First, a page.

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Watchdogs on the HillThe Decline of Congressional Oversight of U.S. Foreign Relations$
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Linda L. Fowler

Print publication date: 2015

Print ISBN-13: 9780691151618

Published to Princeton Scholarship Online: October 2017

DOI: 10.23943/princeton/9780691151618.001.0001

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Committee Goals and Oversight Strategies

Committee Goals and Oversight Strategies

Chapter:
(p.98) Chapter 4 Committee Goals and Oversight Strategies
Source:
Watchdogs on the Hill
Author(s):

Linda L. Fowler

Publisher:
Princeton University Press
DOI:10.23943/princeton/9780691151618.003.0005

This chapter examines how the distinctive goals of the Senate Armed Services and Foreign Relations committees led to strategic choices about how much attention to devote to oversight of national security, particularly in comparison to budget activity. It explains why divided government was not a consistent motivator for national security oversight and how indicators of long-term committee goals influenced both committees' stance toward the executive branch. It argues that the Armed Services Committee muted partisan conflict and deemphasized oversight in order to attend to funding the Defense Department, whereas the Foreign Relations Committee was a more active overseer of foreign affairs during periods of divided government. The differences between the two committees reveal how selection biases built into the committee assignment process affected the rule of law in national security and shed light on the inconsistent findings in the scholarly literature with respect to divided government.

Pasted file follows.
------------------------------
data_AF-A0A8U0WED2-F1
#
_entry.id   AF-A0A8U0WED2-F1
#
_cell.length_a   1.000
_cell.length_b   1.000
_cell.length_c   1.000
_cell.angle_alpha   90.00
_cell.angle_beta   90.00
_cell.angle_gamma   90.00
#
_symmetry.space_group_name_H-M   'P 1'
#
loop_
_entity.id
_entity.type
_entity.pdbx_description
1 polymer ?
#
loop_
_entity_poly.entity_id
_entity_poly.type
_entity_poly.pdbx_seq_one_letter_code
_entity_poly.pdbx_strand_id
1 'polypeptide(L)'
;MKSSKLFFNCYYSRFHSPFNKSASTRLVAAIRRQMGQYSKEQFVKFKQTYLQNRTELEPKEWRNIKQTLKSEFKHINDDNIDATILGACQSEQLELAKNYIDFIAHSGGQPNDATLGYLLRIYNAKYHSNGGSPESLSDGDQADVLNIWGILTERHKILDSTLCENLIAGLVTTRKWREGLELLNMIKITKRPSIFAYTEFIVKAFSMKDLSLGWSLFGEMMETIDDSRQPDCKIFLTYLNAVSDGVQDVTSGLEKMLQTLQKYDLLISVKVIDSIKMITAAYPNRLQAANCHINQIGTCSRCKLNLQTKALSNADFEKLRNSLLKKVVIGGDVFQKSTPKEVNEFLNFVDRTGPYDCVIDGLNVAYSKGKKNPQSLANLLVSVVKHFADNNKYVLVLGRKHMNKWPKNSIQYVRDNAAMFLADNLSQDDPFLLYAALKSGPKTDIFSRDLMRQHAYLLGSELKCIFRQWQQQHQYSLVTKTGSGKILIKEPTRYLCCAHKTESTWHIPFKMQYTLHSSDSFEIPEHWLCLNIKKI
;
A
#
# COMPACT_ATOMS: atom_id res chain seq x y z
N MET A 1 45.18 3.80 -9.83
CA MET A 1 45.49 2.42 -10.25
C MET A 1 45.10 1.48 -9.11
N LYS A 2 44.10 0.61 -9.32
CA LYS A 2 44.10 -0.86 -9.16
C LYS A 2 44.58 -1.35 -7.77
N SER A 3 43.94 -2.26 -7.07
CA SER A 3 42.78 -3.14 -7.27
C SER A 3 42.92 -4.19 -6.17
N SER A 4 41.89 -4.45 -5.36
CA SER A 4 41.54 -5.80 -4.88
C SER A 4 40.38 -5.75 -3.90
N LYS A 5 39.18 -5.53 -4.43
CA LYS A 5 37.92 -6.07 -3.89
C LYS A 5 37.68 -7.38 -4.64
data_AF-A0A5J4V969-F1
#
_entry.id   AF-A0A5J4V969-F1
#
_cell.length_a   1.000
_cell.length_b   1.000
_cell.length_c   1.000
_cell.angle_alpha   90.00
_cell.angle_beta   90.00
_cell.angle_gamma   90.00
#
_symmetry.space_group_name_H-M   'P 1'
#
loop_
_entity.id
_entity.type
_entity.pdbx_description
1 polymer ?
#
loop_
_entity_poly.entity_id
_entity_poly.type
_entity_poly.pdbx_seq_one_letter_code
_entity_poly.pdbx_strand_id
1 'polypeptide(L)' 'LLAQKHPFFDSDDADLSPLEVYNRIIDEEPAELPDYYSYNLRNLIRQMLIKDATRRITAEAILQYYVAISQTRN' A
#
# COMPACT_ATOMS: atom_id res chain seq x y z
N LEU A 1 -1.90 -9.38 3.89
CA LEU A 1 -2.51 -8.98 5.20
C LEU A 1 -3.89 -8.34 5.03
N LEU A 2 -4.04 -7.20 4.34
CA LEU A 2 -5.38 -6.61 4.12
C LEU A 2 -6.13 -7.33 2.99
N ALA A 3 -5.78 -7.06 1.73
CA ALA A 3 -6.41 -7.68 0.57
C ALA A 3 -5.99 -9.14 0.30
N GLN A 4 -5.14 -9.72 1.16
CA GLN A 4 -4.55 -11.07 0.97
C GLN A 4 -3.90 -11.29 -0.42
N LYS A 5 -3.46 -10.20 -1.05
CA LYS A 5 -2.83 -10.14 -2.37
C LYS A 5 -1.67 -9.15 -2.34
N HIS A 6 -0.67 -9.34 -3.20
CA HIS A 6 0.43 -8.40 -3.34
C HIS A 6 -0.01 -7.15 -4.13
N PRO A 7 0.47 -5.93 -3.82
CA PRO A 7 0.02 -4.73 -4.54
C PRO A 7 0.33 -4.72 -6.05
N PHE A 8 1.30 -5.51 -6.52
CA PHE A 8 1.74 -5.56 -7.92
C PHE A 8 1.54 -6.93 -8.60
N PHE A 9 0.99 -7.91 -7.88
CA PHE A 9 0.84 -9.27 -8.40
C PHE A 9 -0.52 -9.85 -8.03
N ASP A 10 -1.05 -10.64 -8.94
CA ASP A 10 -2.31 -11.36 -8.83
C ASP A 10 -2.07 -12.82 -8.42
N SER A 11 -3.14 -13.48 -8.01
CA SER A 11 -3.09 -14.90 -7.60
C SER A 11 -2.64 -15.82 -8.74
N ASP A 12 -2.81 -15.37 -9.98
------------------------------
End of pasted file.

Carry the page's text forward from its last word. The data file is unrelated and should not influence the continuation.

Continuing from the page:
Keywords:   divided government, Senate Armed Services Committee, Senate Foreign Relations Committee, national security oversight, executive branch, Defense Department, foreign affairs, rule of law, Senate

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